Stimulating the rural economy
TechnoServe, an organisation with international experience in alleviating rural poverty and linking small entrepreneurs and farmers to commercial markets, could show the government how best to tap the assets of the former homelands.
A not-for-profit company, it was started by an American medical doctor and businessperson, Ed Bullard, in 1968 in Ghana. It now operates in 28 countries in Latin America, Africa and Asia.
TechnoServe has been in South Africa since 2003 and has 26 staff members working on nine funded programmes, which assist nearly 900 entrepreneurs, 300 of them small commercial farmers. Small-farmer agriculture is its chief focus, but it also runs projects in tourism, construction and light manufacturing.
In Southern Africa, it is most famously known for rehabilitating Mozambique's cashew industry, which collapsed after the Portuguese left. TechnoServe took a leading role in establishing smaller, local processing factories and assisting small farmers to supply them.
TechnoServe is concerned not only with primary production, but also with the markets and other elements in the supply chain.
"A fundamental lesson we have learnt in the many countries in which we work is that, if you secure sustainable markets, small farmers will pull themselves out of poverty," said Earl Sampson, TechnoServe's country director in South Africa.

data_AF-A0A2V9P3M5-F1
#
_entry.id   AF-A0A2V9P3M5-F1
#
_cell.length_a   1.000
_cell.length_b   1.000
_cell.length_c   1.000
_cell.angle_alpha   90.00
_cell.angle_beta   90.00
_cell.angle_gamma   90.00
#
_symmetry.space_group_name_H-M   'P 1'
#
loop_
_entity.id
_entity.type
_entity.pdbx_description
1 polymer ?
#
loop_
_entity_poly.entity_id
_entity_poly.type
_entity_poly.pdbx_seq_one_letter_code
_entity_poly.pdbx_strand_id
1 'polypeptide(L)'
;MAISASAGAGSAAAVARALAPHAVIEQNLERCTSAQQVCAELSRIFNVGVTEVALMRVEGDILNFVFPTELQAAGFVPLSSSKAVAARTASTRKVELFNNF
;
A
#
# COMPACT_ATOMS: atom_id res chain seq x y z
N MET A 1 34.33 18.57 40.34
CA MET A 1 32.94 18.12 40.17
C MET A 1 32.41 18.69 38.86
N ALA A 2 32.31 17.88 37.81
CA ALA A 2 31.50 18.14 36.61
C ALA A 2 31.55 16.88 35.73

Locally, TechnoServe is trying to link up with the large wholesalers and retailers whose distribution systems handled 80% of fresh produce.
"The most important thing is to give the small farmers guaranteed off-take for all of their produce. Low grades will generally go to lower-priced informal and other local markets; higher grades will be sold to upmarket retailers," Sampson said.
The organisation has formed partnerships with the private sector, but recently it has linked up with the South African government. Sampson said that "growing our work to scale in South Africa, which means bringing on to the land hundreds of thousands of black farmers, cannot be done without the partnership and support of the government".
Local companies provide most of its funding, but a portion is now coming from the government for a programme to support small farmers in producing for both the government and commercial markets.
In South Africa, TechnoServe generally pursues projects with a cluster of farmers who have some sort of common asset, such as farming experience, equipment or local infrastructure – for instance, irrigation. These small farmers usually have four to five hectares of land.
A major concern is how to exit projects. For example, in a Mpumalanga sugar project, the community reverted to planting cheaper but inappropriate seed following TechnoServe's departure.
"A structure has to be created that will sustain the advances made. When we depart we try to leave behind a co-operative or company with a single chief executive at whom accountability stops."
TechnoServe tries to identify projects that will have the greatest impact. It believes microenterprises, which generally employ one person – the owner – will not solve South Africa's employment problem.
But small and medium enterprises, which employ a few people each, will. "One million entrepreneurs will create the five million jobs the president wants," Sampson said.